Since the early 1970s, the Federal Reserve and other central banks have developed a reciprocal, or swap, network by which central banks may access each other's currencies. In this way, central banks can intervene to prop their local currencies. The New York Federal Reserve Bank handles swap transactions, transferring dollars to a foreign central bank in exchange for that country's currency, at the same time agreeing to reverse the transaction a few months later.
The concept of central banking was developed in response to the recurrent British financial crises of the nineteenth century. Modern market economies are subject to frequent economic fluctuations. The causes of these fluctuations are diverse; however, there is general agreement that the ability of banks to create money may exacerbate them. This situation raises the need for an independent monetary authority able to view economic and financial developments objectively and to exert control over the activities of the banks.
Central banks have four major functions: the maintenance of a sound commercial bank structure; the management of international trade and financial relationships; ensuring the adequacy of banking capacity and services for the community; and, finally, acting as financial advisor to and taking responsibility for the financial affairs of the government.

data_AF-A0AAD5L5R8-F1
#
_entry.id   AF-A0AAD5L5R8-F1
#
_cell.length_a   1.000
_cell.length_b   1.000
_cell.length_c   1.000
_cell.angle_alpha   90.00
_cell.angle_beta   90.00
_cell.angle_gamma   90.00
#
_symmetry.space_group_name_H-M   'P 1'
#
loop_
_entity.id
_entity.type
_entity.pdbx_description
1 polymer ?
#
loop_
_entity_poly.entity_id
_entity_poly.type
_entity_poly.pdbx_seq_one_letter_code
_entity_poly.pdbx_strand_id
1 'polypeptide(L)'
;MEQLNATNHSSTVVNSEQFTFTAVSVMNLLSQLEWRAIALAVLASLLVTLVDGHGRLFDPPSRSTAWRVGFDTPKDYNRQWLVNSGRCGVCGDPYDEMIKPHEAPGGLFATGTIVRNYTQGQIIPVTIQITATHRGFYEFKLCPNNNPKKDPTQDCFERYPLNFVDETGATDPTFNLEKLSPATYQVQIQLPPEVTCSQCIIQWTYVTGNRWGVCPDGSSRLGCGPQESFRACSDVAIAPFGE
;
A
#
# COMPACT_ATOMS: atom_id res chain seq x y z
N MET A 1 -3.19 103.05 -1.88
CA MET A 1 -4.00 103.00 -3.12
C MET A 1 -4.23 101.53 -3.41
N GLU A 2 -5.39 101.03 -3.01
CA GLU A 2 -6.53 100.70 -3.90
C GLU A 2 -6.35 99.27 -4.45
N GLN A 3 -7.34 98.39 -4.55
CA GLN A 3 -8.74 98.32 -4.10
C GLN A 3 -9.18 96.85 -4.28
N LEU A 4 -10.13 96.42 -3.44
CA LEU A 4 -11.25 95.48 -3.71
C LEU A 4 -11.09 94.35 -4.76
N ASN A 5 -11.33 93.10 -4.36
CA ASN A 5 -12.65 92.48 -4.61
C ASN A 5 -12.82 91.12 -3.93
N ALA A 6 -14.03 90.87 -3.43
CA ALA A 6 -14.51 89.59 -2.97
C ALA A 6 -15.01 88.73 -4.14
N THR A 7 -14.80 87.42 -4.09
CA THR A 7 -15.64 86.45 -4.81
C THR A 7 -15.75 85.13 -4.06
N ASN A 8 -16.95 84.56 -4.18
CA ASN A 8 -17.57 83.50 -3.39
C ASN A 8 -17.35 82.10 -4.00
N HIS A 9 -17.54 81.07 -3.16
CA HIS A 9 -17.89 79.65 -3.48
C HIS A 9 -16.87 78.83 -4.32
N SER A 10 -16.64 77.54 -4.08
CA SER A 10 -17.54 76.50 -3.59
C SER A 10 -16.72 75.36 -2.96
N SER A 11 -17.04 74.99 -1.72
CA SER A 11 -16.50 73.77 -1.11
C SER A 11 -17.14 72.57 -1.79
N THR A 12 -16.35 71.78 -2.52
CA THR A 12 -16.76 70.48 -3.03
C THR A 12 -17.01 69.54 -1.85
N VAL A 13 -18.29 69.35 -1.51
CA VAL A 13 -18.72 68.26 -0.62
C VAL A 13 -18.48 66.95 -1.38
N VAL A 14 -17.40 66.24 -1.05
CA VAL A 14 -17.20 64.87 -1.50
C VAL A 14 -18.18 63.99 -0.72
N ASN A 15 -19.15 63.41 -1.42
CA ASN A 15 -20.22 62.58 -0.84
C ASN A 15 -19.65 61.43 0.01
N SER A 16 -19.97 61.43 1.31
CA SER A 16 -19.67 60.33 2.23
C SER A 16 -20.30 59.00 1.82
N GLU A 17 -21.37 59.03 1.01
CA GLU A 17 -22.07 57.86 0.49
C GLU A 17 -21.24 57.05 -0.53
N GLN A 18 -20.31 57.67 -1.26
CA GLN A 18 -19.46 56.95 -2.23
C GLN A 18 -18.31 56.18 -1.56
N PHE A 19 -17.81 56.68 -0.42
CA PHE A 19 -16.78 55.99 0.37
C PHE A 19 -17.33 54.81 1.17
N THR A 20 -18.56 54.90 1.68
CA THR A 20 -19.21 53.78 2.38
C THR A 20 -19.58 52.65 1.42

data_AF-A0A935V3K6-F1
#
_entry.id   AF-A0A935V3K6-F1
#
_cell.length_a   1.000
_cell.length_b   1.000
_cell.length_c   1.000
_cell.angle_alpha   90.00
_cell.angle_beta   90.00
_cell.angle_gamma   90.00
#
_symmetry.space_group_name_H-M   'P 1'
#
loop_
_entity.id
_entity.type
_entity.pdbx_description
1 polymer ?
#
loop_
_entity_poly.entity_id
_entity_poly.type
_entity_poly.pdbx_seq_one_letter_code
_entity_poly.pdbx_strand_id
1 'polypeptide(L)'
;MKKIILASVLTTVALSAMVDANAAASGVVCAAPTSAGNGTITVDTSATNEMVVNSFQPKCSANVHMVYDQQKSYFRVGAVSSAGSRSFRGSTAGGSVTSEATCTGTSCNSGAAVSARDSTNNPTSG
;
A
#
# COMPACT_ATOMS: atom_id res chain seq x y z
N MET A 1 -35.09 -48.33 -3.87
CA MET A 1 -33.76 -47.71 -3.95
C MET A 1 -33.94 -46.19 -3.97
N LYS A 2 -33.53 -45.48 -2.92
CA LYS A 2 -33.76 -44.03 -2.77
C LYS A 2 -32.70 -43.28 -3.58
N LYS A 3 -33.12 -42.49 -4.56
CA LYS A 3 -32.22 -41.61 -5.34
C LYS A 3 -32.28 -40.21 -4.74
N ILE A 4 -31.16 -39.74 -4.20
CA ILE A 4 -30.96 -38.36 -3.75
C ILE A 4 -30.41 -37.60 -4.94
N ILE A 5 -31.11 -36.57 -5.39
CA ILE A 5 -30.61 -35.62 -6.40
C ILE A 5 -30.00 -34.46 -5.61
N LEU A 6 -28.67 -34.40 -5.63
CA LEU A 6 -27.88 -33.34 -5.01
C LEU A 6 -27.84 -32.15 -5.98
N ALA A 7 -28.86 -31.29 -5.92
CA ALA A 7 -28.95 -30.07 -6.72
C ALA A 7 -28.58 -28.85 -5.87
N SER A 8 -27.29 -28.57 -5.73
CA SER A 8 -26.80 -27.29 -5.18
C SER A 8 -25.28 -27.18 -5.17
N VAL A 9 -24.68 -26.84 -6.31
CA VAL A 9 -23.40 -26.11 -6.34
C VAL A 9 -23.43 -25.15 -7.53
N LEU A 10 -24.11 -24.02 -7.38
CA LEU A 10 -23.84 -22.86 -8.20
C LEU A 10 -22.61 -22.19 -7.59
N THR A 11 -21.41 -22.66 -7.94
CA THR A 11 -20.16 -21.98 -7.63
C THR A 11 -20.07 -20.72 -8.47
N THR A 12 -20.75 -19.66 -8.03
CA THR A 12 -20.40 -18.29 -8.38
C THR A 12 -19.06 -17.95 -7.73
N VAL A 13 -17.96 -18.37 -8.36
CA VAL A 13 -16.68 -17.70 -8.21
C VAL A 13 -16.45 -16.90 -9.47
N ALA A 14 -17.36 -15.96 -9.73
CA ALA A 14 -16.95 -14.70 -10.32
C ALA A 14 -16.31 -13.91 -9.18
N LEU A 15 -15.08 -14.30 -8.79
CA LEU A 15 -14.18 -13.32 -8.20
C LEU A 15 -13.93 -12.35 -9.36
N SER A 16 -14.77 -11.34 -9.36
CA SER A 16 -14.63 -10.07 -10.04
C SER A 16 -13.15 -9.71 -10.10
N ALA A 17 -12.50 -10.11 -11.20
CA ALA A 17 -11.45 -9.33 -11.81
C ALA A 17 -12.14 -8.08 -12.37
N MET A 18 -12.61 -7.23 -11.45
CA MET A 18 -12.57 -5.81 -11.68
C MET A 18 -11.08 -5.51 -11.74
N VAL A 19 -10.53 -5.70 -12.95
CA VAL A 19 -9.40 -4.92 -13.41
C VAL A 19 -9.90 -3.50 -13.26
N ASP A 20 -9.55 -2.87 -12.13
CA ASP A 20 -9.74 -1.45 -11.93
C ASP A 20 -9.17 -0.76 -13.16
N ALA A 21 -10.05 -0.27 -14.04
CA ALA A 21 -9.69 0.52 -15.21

To maintain a sound commercial banking structure, central banks are often called upon to offer support to financial institutions in times of crisis and to avoid such crises. The Federal Reserve System examines the books of commercial banks and sponsors various educational programs. In some developing countries such as India and Pakistan, the central banks continually scrutinize commercial bank operations. The Bank of England plays a crucial role in the United Kingdom's banking system, ensuring that banks have a steady supply of cash, even during periods of credit restrictions.
Central banks also manage the international financial relationships of their country as well as the foreign exchange activities of that country. This role often requires coordination and cooperation with other central banks and international financial institutions, such as the International Monetary Fund (IMF) and certain regional, yet supernational organizations.